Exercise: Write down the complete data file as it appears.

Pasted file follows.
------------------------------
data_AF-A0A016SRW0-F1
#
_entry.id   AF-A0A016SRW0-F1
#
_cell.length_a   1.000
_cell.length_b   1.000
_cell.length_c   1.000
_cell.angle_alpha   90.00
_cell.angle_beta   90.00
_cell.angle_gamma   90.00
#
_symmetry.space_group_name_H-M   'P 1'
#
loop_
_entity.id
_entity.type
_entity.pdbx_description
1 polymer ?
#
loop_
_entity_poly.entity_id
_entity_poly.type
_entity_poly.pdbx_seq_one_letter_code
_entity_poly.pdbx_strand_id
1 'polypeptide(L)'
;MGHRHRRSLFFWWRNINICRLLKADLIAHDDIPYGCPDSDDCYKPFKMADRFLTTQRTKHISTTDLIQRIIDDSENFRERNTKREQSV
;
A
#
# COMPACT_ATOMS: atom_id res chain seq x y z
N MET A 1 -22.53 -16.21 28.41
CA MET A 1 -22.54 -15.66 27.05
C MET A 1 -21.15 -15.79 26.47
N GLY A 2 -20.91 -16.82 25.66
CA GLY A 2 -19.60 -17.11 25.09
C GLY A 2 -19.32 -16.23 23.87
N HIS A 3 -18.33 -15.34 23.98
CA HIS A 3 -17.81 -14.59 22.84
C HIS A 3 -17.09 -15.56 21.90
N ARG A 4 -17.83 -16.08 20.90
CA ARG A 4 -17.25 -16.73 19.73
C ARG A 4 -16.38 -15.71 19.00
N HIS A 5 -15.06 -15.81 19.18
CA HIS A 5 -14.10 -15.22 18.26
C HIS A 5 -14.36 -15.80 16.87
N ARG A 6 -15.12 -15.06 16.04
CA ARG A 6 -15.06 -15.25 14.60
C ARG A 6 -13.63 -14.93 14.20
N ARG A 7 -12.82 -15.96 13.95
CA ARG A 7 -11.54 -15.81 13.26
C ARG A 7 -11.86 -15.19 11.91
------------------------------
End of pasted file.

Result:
data_AF-A0A016SRW0-F1
#
_entry.id   AF-A0A016SRW0-F1
#
_cell.length_a   1.000
_cell.length_b   1.000
_cell.length_c   1.000
_cell.angle_alpha   90.00
_cell.angle_beta   90.00
_cell.angle_gamma   90.00
#
_symmetry.space_group_name_H-M   'P 1'
#
loop_
_entity.id
_entity.type
_entity.pdbx_description
1 polymer ?
#
loop_
_entity_poly.entity_id
_entity_poly.type
_entity_poly.pdbx_seq_one_letter_code
_entity_poly.pdbx_strand_id
1 'polypeptide(L)'
;MGHRHRRSLFFWWRNINICRLLKADLIAHDDIPYGCPDSDDCYKPFKMADRFLTTQRTKHISTTDLIQRIIDDSENFRERNTKREQSV
;
A
#
# COMPACT_ATOMS: atom_id res chain seq x y z
N MET A 1 -22.53 -16.21 28.41
CA MET A 1 -22.54 -15.66 27.05
C MET A 1 -21.15 -15.79 26.47
N GLY A 2 -20.91 -16.82 25.66
CA GLY A 2 -19.60 -17.11 25.09
C GLY A 2 -19.32 -16.23 23.87
N HIS A 3 -18.33 -15.34 23.98
CA HIS A 3 -17.81 -14.59 22.84
C HIS A 3 -17.09 -15.56 21.90
N ARG A 4 -17.83 -16.08 20.90
CA ARG A 4 -17.25 -16.73 19.73
C ARG A 4 -16.38 -15.71 19.00
N HIS A 5 -15.06 -15.81 19.18
CA HIS A 5 -14.10 -15.22 18.26
C HIS A 5 -14.36 -15.80 16.87
N ARG A 6 -15.12 -15.06 16.04
CA ARG A 6 -15.06 -15.25 14.60
C ARG A 6 -13.63 -14.93 14.20
N ARG A 7 -12.82 -15.96 13.95
CA ARG A 7 -11.54 -15.81 13.26
C ARG A 7 -11.86 -15.19 11.91